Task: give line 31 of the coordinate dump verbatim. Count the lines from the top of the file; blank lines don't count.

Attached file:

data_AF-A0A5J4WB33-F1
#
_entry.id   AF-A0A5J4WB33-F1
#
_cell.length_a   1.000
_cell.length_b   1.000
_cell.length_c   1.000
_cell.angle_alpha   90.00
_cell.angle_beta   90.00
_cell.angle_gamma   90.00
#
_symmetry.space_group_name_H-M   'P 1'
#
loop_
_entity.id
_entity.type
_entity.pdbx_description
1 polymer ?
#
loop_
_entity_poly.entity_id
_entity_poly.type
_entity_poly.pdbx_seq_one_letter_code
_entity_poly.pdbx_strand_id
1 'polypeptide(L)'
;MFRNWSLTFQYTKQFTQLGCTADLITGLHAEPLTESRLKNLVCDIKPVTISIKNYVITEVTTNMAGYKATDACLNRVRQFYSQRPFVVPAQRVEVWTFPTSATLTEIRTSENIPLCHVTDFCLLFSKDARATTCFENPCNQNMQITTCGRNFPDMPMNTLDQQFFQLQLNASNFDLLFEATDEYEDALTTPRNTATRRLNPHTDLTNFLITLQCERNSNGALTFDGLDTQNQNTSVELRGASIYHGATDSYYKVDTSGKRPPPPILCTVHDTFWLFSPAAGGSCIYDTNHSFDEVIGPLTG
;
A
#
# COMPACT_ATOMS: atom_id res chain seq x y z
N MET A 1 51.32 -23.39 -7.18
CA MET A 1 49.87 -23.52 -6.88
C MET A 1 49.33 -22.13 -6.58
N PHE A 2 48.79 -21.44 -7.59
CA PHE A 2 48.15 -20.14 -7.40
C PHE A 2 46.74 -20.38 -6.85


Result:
N MET A 1 51.32 -23.39 -7.18